Al Agnew

Fishing Buddy
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Al Agnew last won the day on April 5

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About Al Agnew

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    Smallmouth Bass Angler

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  1. I'm out in Montana and don't have access to my books. But I'm pretty sure it isn't a common shiner nor an Ozark shiner. It actually looks the most like an emerald shiner to me. Emerald shiners are found all over the Ozarks, mainly from bait bucket releases over the years, since they are the usual small minnows sold commercially.
  2. Yep, I'm to the point where it's almost like, why bother? The 6 fish limit is apparently sacred to MDC. Since all their creel surveys show that only 10% of bass anglers keep their fish, they are convinced that killing 6 fish a day does no harm. But we all know some smaller streams where just a couple of people killing 6 fish a day for a few days decimates the population of adult smallmouth in that stream, because it isn't big enough to produce huge numbers of adult bass. I even understand to some extent why MDC believes it's okay, given what they've found in their studies. But those 15 bass on that table are 15 fewer adults in the stream, and if say, there are 500 angler days on a given stretch in a year (x number of anglers times y number of days they fished), and 10% of those days were anglers keeping a limit, that's 300 adult bass taken from that stretch in a year. And I'd say that's extremely conservative on most of these streams.
  3. Funny how sometimes you can catch rock bass when you're not even trying, fishing for bass, and other times they seem to disappear. Seems like when it gets hot and the water gets low, they don't get active until after dark. I think the most likely place to catch your slam all on one body of water is the trout section of the Meramec. I've accomplished your slam several times there, especially in the winter, where I've done it all in one pool.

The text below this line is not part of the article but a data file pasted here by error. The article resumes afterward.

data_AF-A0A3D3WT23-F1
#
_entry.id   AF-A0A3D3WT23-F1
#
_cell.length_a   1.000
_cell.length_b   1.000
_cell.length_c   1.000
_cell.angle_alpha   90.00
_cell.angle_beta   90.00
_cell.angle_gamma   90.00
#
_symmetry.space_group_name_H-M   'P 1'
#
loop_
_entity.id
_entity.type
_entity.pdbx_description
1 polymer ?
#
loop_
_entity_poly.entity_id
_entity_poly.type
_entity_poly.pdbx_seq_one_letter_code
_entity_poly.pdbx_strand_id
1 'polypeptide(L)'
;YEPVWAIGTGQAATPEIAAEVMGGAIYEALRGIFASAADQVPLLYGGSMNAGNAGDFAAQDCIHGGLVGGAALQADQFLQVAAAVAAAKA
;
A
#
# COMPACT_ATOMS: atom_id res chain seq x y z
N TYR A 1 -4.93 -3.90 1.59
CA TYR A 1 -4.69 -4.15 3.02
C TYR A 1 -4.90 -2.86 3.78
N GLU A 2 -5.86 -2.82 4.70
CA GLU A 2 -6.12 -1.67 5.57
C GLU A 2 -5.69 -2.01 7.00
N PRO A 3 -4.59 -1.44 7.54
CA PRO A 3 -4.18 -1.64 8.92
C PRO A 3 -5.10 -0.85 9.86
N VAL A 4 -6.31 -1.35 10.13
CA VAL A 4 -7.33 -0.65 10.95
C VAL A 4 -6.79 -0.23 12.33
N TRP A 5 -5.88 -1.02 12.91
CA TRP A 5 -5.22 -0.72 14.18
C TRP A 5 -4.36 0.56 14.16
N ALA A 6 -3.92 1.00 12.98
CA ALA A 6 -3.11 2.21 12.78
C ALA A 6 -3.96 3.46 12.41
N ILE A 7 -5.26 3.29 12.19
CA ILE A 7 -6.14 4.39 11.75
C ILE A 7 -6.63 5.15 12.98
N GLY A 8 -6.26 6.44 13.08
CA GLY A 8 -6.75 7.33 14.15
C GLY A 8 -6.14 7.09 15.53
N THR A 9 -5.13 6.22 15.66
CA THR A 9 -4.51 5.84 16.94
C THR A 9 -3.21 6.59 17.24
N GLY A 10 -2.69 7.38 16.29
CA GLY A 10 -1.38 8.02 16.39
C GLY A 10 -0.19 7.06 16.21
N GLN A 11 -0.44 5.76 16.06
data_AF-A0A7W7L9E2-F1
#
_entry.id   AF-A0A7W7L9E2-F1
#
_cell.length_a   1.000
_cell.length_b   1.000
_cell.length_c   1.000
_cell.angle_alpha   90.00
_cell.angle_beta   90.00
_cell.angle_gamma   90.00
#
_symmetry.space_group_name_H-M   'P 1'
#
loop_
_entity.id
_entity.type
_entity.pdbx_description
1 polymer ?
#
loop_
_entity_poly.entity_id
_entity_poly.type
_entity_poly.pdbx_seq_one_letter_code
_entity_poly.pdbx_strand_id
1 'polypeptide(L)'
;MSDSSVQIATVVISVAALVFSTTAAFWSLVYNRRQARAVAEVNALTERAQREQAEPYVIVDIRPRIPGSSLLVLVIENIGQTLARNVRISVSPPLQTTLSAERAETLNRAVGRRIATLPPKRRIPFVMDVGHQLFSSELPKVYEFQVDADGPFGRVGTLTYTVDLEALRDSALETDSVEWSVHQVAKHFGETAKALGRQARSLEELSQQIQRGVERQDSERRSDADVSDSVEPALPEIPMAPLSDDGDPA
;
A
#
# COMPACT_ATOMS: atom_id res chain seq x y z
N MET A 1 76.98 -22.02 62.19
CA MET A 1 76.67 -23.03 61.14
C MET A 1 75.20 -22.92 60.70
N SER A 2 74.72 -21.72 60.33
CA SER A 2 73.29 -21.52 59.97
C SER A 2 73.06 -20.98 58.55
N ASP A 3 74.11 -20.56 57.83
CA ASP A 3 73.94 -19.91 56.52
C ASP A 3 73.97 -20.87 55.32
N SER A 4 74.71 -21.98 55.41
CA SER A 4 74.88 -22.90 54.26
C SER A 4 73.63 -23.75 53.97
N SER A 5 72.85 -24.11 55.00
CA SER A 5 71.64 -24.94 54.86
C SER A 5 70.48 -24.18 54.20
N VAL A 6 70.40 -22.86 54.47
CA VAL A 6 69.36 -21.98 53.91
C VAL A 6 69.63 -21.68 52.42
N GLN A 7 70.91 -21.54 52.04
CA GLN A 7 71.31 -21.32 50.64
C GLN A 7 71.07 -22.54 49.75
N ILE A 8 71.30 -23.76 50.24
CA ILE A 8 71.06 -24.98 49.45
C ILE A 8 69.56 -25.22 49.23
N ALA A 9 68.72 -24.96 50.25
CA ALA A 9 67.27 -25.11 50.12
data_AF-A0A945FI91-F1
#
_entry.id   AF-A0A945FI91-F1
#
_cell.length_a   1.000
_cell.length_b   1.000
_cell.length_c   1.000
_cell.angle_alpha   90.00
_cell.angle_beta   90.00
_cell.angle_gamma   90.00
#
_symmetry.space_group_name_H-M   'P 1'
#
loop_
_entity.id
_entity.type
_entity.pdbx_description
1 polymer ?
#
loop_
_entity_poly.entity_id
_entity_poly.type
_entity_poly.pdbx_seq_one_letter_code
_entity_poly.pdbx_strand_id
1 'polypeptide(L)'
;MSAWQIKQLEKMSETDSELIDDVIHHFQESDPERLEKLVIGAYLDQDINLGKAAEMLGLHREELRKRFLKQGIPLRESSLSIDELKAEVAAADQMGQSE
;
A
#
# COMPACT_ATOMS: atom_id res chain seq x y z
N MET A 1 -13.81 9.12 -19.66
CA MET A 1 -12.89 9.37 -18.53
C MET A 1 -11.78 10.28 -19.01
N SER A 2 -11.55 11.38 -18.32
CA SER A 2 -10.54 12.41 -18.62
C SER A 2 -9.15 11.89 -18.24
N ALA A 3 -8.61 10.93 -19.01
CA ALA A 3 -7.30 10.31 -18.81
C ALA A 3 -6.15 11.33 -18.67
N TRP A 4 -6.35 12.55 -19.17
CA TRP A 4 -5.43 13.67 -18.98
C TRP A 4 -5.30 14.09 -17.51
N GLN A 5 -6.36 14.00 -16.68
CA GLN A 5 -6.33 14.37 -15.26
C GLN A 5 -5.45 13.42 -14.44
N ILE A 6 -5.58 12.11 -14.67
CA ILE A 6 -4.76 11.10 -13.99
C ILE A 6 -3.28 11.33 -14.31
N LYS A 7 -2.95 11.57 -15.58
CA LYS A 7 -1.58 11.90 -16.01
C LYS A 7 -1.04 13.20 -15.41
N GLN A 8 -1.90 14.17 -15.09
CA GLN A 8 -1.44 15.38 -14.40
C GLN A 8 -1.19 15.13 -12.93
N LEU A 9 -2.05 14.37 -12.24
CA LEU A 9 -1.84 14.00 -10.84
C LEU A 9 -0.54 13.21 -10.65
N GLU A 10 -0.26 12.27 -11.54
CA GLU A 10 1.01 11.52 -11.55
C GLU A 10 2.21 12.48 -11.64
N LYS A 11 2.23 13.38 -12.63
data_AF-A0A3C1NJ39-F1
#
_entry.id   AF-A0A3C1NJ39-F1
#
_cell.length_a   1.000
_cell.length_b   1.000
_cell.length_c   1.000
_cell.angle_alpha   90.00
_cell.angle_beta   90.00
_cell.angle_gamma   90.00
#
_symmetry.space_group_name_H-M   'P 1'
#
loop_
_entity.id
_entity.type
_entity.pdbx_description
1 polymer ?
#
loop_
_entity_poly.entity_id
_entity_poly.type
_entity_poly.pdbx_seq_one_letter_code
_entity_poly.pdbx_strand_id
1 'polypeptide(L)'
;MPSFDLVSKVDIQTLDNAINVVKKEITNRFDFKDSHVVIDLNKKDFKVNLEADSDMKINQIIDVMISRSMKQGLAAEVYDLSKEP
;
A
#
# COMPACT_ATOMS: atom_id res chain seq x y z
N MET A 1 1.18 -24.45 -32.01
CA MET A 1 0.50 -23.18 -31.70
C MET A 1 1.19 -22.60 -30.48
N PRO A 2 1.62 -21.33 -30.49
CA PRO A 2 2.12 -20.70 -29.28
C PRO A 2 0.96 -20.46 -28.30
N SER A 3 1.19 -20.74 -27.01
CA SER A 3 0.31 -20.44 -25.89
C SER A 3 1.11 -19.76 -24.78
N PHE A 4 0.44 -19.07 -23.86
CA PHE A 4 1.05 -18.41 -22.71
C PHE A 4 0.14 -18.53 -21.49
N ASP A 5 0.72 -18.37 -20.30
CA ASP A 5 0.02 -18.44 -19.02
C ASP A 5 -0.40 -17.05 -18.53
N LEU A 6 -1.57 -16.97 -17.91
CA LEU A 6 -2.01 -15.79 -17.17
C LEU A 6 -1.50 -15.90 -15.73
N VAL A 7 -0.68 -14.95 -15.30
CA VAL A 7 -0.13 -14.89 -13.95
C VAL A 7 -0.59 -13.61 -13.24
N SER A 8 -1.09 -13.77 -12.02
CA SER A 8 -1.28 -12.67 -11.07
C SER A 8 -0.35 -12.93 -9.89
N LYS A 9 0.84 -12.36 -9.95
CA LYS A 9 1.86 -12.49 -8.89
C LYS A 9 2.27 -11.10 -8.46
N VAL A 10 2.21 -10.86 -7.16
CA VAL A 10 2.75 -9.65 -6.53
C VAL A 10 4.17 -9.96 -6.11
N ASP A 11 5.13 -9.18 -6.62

4. No, your first fish is not a silverside. They are longer, slimmer, have a spiny dorsal fin in front of a soft dorsal that's farther back than the dorsal fin I can barely see on your fish, and they have a different-shaped mouth, with a long, pointy snout, almost like a pike. The best book for Missouri fish identification is "Fishes of Missouri", by William Pflieger. The second edition is the one you want. But it is now out of print, though you can still find them on Amazon occasionally. There is also a "Fishes of Arkansas" book, I forget the author, and I don't know if it's still in print, but it is almost as good for Missouri Ozark fish.
  5. I agree with everything Flysmallie said. Electronics is a part of it, but it's more of a symptom than the problem. The electronics is a convenient baby sitter for parents who have no interest in having their kids go outdoors, let alone actually taking them outdoors. And another big part of this is that kids simply aren't allowed to do stuff outside on their own, due to paranoia about pedophiles. When I was a kid, I rode my bike to the river by myself all the time, or had my parents drive me and drop me off. Now I can't imagine kids the age I was then doing that. I float through a stretch of the same river that has a lot of houses very close to the river, and have yet to see kids from those houses playing around the water.
  6. For people who really want to have fun fighting big fish, I don't know why more of them don't target both common carp and grass carp. Big, heavy, powerful fish, and plentiful. Personally I'm not interested in them for several reasons, most important of which is that the best places to fish for them are not the kind of places I most enjoy fishing--clear streams. Second is that the ways you have to fish for them most of the time are just not the ways I most like to fish. But at times I've had fun catching them.